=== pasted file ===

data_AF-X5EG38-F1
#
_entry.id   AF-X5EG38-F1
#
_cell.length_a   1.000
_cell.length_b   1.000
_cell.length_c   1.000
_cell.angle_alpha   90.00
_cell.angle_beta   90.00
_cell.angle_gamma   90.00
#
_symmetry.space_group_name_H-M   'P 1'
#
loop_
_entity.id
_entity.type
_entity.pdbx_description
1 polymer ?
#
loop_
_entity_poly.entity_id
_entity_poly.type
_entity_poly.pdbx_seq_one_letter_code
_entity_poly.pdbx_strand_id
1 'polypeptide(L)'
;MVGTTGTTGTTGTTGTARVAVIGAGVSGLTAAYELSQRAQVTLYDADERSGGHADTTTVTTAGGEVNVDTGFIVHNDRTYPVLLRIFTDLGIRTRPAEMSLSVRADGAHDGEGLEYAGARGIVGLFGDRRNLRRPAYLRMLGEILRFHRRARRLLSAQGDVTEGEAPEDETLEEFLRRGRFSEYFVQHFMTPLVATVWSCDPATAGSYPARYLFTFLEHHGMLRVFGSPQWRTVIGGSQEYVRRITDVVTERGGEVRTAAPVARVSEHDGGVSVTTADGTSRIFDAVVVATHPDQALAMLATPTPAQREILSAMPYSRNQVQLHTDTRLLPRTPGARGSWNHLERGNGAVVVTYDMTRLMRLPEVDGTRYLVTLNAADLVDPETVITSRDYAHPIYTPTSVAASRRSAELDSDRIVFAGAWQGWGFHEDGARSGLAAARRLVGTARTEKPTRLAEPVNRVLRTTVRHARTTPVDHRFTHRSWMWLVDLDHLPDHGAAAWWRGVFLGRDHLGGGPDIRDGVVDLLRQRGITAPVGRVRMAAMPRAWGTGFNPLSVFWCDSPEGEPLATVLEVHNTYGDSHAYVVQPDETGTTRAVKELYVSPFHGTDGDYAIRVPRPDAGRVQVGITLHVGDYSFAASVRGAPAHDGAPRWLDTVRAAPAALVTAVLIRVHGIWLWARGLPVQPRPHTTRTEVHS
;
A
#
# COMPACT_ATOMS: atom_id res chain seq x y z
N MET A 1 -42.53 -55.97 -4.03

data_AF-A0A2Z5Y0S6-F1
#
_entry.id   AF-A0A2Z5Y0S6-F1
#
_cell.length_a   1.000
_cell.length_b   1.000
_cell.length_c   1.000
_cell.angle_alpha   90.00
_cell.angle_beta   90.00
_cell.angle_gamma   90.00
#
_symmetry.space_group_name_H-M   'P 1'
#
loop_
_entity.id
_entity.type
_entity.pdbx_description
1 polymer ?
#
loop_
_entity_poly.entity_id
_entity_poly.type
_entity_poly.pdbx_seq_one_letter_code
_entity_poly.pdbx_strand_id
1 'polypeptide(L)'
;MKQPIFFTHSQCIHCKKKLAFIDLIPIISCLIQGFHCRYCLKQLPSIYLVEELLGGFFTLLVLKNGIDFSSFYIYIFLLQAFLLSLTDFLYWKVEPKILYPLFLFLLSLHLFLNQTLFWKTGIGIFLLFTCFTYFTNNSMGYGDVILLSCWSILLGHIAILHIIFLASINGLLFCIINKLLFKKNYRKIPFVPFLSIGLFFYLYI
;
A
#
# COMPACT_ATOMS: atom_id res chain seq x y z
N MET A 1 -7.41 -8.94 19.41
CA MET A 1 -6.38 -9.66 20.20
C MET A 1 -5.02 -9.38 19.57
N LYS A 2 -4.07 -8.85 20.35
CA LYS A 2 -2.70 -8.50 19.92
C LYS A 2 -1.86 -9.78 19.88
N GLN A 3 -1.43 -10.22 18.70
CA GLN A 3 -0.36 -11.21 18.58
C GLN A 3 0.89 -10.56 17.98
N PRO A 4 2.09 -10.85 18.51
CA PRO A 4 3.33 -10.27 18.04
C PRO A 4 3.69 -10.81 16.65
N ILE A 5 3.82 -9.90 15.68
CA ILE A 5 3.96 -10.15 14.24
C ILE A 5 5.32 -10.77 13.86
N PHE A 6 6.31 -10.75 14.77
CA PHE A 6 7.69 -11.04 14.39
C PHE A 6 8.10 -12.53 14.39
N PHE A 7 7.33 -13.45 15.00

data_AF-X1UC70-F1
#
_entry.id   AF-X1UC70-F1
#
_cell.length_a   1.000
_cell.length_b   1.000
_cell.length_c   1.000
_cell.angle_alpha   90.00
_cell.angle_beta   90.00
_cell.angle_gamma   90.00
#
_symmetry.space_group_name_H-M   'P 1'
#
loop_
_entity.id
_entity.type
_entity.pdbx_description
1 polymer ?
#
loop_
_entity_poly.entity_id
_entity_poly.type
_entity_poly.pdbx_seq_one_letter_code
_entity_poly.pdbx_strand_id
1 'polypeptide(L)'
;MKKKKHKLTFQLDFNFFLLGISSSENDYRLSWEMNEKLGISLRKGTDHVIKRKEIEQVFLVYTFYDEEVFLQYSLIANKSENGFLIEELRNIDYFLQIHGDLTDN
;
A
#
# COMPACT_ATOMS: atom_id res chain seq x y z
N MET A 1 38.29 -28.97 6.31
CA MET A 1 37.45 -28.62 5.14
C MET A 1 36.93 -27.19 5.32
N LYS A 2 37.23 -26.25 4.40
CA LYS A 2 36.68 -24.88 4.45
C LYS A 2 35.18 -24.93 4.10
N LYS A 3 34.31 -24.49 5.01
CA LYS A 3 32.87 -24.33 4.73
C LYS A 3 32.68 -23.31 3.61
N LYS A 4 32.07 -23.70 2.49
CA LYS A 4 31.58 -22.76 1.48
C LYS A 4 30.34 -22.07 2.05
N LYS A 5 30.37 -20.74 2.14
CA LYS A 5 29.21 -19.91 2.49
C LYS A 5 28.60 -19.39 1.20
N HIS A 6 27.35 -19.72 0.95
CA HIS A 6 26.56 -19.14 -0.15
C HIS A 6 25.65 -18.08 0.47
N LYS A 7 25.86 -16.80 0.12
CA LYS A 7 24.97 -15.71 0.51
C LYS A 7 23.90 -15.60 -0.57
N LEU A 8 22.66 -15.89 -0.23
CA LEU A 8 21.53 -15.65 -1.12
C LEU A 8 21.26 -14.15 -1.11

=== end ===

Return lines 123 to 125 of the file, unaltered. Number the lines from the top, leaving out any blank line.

N LYS A 5 30.37 -20.74 2.14
CA LYS A 5 29.21 -19.91 2.49
C LYS A 5 28.60 -19.39 1.20